In early stages of CKD, these recommendations should be followed by general practitioners in primary care centres. Regretfully there is considerable lack of awareness of the guidelines in primary care practices15.



Before 2002, the definition of CKD was not consensual and most physicians related to the main primary diagnosis or aetiology. In 2004, the Kidney Disease Improving Global Outcomes (KDIGO) adopted the five-stage classification system of CKD established by the US National Kidney Foundation’s Kidney Disease Outcomes Quality Initiative (K-DOQI)16. This new classification quickly entered the general consensus, mainly based in two renal markers: estimated GFR and presence of albuminuria/proteinuria. The first two stages (1 and 2) of the CKD classification, as defined by K-DOQI, might, indeed, be controversial: stage 1, which is characterized by isolated albuminuria, is typical of kidney involvement on endothelial systemic dysfunction, not a specific kidney disease. Stage 2 CKD, characterized by a decrease of eGFR between 60-89 ml/m/1.73m2, dismisses the normal ageing decay of GFR (approximately 6-8ml/m/1.73m2 per decade, or 1.0ml/m/1.73m2 per year), thus considering some aged healthy people, chronic kidney patients (mostly elderly and female subjects with low eGFR who will be falsely identified as patients with kidney disease)14,17. As Glassock and Winearls proposed, the use of estimated GFR alone for classifying CKD is not justified and should not be applied globally to define CKD, particularly when the eGFR is >60ml/m/1.73m2. As said by the same authors “GFR can be estimated but diagnosis cannot and proper treatment requires precision in diagnosis”18.

Talking about CKD secondary prevention strategies we should think if the diagnosis of earlier stages of CKD is cost-effective and worth the investment, particularly in what concerns high level of health care.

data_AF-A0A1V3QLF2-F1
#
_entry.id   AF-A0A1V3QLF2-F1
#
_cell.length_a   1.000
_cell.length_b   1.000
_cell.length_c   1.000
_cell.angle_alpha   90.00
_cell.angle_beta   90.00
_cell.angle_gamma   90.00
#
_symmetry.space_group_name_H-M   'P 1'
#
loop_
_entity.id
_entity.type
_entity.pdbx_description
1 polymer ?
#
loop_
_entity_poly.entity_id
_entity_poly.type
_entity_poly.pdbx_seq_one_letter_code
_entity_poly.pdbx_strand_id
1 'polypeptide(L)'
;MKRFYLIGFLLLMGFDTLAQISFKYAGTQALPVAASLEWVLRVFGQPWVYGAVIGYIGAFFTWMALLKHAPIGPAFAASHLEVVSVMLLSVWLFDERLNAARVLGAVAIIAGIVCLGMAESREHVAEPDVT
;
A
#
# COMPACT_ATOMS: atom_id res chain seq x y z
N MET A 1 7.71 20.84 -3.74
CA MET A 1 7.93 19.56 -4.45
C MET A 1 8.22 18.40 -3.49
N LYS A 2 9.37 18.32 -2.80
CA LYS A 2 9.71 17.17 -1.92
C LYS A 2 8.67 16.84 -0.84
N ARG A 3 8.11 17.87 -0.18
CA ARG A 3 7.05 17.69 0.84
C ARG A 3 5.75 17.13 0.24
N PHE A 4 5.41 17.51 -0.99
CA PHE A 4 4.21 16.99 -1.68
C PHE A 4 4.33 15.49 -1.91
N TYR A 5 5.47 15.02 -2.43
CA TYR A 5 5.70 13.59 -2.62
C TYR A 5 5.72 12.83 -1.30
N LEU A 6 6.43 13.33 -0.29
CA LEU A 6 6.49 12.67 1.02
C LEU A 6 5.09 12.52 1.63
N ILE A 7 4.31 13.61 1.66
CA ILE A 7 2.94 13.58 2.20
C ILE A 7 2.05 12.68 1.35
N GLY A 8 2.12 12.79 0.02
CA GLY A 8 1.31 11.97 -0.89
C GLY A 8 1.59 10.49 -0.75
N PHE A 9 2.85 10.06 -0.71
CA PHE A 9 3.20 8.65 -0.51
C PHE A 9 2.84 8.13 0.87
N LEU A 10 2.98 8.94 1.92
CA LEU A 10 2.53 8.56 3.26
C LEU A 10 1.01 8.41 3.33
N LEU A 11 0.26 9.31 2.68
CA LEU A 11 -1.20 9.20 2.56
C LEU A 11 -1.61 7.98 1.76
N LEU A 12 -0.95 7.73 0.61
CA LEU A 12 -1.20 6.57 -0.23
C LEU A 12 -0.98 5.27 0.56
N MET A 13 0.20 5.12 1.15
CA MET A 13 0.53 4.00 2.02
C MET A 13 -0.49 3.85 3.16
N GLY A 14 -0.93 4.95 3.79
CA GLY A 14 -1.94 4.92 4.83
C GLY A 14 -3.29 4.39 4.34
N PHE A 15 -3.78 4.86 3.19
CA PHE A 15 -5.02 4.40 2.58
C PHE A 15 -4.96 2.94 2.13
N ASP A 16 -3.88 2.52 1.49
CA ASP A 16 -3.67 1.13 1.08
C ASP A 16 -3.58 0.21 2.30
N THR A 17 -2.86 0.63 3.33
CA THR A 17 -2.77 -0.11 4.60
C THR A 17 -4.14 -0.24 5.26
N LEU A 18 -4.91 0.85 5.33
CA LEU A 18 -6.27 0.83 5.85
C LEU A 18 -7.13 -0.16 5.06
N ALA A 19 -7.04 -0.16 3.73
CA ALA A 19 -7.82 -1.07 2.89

It may happen that the new definition might contribute to the misclassification of a lot of patients as having Chronic Kidney Disease in the absence of clinically relevant kidney disease19. We may attempt to avoid the overdiagnosis risk that simply occurs when a screening test is ordered, or a pseudodiagnosis is established, that will not change clinical management and prognosis20. Indeed, subjects in the first stages of CKD, if simply referred to the nephrologist due to an isolated microalbuminuria or to a slight decrease of eGFR (higher than 60 ml/m/1.73m2), have an irrelevant risk of progressing to ESRD or, ultimately, of experiencing symptoms or early death due to kidney disease. Microalbuminuria has been associated with an increased risk of cardiovascular events, and this risk is independent of that induced by an impaired GFR. Therefore, microalbuminuria needs to be managed the same way as a cardiovascular risk factor or as a chronic vascular disease factor with renal involvement19,21. Still, measures of GFR were independently and significantly associated with cardiovascular events only in subjects < 60 years of age. This supports the idea that the elderly and the very old, deserve careful analysis before they are considered as having chronic kidney disease based on GFR values alone, especially when estimated with methods with limited accuracy.